Bloomberg: “Cuba Reality Check: Can You Really Do Business There?”

By Gail DeGeorge, David Tweed and Christopher Donville | December 22, 2014

For companies seeking Miami attorney Pedro Freyre’s advice on how to exploit President Barack Obama’s opening to Cuba, two stories may serve as cautionary tales.

One concerns an 18-hole golf course that took a Canadian designer eight years to build near the island’s famed Varadero beaches. The second involves the rooftop cell-phone towers that a Norwegian company has struggled to erect halfway around the world, in Myanmar.

While the embargo is still in place, Obama’s move Dec. 17 to re-establish diplomatic relations “changes the tone of the conversation,” says Freyre, chairmanof the international practice of Akerman LLP. While new opportunities such as in the telecoms industry may be permitted, along with the sale of food and medicine already allowed, he cautions that doing business in Cuba is difficult. “In their heart of hearts, the rulers of the country don’t believe in capitalism,” he says.

For all the attention on Cuba because of its role in the Cold War, Fidel Castro’s out-sized personality and the political clout of Miami’s exile community in U.S. politics, it remains a small-market country of 11 million people. Comparisons with other communist countries where the U.S. has normalized relations — China with its 1.4 billion population and Vietnam with almost 90 million — are tempting. Yet for the challenges of moving into a transition economy, Myanmar may serve as a better example.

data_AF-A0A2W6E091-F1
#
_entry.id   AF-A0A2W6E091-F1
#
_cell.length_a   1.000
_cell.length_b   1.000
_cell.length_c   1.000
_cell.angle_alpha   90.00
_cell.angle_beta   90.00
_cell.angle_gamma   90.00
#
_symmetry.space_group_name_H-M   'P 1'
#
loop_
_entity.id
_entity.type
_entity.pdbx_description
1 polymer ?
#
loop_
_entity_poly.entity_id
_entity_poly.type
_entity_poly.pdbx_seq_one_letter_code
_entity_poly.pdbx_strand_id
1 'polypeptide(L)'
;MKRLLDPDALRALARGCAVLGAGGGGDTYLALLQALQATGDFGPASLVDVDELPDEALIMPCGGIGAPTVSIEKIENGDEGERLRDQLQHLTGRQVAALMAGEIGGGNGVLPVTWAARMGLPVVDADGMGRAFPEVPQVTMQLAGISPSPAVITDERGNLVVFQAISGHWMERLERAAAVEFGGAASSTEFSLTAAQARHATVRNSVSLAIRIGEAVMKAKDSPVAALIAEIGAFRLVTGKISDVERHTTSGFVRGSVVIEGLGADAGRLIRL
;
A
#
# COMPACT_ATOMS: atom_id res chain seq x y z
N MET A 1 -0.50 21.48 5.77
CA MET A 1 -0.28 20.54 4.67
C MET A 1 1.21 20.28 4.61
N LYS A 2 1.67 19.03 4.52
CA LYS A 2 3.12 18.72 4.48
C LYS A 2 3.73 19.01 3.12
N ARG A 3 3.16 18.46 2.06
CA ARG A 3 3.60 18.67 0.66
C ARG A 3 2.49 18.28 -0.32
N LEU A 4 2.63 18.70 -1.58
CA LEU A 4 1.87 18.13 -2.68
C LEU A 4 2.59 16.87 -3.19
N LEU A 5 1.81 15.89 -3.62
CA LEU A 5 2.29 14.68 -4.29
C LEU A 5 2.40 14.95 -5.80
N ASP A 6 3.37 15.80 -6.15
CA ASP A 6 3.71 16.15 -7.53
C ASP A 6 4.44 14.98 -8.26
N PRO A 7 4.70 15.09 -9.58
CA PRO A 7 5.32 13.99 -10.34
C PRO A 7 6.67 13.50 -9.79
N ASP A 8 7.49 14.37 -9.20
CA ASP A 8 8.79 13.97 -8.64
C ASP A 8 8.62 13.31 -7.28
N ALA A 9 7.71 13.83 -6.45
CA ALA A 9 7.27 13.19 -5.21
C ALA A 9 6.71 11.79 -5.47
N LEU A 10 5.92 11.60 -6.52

Restrictions remain, with U.S. individuals and companies barred from investing or doing business with people with links to the army’s repression of the democracy movement. Among those whose names have been removed from the list are President Thein Sein and parliamentary speaker Shwe Mann, former junta members who have been at the forefront of the new government.

“This is a serious challenge for western investors because not only American companies abide by those requirements,” Romain Caillaud, managing director of Vriens & Partners, a political risk consulting firm, said by phone from Yangon, Myanmar. “It means you need to do a lot of background checks to be absolutely sure who your business partner is.”

Lodged between China and India with a population of about 53 million people, Myanmar has aneconomy that is on track to grow 7.8 percent in the year ending March 31, 2015, according to theAsian Development Bank. The expansion is being propelled by commodity exports, natural gas production and tourism, the ADB said.

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